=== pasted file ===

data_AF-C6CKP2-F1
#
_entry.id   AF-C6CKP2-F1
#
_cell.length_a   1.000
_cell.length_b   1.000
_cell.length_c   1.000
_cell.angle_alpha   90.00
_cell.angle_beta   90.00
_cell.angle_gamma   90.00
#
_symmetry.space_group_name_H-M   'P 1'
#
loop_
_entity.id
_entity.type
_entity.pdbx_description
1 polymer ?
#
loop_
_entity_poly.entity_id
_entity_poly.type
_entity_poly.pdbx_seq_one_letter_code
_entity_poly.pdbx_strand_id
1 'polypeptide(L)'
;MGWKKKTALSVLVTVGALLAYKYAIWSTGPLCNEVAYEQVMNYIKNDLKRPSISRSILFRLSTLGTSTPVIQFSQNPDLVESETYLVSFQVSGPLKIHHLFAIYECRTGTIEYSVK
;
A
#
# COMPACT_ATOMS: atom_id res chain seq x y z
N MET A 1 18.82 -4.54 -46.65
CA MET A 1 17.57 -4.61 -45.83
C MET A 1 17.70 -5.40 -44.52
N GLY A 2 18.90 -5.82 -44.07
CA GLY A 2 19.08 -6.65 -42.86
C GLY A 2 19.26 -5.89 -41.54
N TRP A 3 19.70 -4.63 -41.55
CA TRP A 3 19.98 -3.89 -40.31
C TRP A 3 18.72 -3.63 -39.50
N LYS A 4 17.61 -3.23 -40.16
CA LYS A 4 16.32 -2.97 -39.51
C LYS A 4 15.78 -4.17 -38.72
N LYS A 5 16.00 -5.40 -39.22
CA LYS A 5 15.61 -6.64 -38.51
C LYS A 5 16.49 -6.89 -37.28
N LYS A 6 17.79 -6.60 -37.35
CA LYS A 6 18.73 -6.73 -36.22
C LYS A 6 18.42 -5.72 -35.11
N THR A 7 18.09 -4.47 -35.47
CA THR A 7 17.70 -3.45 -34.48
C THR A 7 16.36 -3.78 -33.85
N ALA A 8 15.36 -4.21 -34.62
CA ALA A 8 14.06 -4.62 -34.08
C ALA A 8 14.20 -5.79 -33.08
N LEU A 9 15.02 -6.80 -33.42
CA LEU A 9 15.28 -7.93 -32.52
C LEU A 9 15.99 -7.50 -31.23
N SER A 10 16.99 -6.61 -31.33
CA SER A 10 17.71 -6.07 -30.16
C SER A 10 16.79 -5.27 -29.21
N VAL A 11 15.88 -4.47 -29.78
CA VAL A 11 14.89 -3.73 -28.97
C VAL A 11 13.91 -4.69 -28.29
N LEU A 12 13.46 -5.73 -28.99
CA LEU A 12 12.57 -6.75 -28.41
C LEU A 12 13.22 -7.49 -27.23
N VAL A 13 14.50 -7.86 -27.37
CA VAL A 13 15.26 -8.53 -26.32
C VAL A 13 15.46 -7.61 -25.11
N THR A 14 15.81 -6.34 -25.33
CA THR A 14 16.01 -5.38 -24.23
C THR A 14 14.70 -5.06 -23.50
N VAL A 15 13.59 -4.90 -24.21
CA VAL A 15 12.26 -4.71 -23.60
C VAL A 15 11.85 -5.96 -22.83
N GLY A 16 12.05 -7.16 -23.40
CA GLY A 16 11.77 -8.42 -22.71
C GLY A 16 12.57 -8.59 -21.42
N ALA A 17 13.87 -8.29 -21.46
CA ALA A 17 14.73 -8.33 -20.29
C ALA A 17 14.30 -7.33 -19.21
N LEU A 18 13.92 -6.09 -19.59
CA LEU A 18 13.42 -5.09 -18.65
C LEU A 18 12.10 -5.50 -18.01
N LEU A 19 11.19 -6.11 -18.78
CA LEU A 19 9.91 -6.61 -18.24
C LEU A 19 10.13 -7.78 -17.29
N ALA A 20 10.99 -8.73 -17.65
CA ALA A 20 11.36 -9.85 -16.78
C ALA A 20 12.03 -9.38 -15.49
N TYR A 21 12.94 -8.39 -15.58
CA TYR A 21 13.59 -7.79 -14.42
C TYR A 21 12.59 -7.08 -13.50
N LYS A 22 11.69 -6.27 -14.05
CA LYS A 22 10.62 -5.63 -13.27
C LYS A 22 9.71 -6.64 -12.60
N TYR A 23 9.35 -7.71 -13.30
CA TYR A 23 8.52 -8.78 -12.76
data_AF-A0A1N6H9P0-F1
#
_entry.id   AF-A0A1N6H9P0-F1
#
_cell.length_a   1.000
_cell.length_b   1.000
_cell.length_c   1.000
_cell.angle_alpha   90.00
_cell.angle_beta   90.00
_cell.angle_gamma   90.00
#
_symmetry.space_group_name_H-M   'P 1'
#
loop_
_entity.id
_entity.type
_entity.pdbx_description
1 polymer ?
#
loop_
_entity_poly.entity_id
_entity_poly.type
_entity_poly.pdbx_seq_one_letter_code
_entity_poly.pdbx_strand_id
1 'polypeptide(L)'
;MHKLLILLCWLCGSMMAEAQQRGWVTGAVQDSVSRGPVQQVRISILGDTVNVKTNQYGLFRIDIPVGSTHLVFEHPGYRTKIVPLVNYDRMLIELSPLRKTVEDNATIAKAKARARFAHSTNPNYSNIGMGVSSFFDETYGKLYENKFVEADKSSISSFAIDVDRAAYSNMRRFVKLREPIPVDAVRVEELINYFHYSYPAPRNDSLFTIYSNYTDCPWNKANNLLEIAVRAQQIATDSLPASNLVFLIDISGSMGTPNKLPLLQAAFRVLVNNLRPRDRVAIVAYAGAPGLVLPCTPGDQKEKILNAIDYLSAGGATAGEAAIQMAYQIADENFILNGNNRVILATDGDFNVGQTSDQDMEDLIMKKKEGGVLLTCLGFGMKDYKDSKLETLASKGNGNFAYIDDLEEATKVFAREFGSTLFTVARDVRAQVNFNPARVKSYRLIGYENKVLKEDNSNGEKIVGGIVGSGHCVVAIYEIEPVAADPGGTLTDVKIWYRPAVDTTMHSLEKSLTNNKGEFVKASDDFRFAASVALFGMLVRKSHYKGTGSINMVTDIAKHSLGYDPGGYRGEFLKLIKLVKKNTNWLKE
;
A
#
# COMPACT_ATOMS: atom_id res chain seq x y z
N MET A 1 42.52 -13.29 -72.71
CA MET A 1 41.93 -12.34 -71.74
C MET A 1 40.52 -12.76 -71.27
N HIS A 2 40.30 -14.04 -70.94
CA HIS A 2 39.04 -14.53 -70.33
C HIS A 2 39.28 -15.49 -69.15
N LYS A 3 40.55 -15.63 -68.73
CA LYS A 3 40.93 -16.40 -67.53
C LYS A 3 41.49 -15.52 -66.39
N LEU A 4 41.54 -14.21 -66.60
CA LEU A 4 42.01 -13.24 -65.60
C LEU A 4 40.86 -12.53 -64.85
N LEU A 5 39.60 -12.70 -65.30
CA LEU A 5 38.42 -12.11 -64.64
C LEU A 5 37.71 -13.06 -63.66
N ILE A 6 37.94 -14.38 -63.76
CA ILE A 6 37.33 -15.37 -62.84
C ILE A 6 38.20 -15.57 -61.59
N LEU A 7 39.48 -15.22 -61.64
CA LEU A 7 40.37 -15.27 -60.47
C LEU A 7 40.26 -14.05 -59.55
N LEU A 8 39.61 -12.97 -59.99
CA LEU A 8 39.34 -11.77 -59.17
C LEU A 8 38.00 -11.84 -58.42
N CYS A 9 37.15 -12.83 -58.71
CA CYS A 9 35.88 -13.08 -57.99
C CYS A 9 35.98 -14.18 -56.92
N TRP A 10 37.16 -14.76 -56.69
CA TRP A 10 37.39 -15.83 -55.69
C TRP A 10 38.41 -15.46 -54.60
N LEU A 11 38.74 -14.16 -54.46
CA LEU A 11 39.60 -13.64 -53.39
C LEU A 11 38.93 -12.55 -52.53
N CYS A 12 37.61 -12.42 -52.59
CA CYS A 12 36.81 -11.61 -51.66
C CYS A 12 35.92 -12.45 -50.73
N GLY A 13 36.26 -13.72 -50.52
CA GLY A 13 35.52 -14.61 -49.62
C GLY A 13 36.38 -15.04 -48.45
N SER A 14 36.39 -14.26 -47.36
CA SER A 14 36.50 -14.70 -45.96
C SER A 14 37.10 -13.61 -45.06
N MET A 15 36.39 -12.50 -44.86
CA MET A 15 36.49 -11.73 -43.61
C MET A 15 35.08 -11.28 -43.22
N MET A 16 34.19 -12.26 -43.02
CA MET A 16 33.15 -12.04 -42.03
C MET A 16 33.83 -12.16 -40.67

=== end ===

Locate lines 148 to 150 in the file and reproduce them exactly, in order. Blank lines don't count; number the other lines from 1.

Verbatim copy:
CA LEU A 7 40.37 -15.27 -60.47
C LEU A 7 40.26 -14.05 -59.55
N LEU A 8 39.61 -12.97 -59.99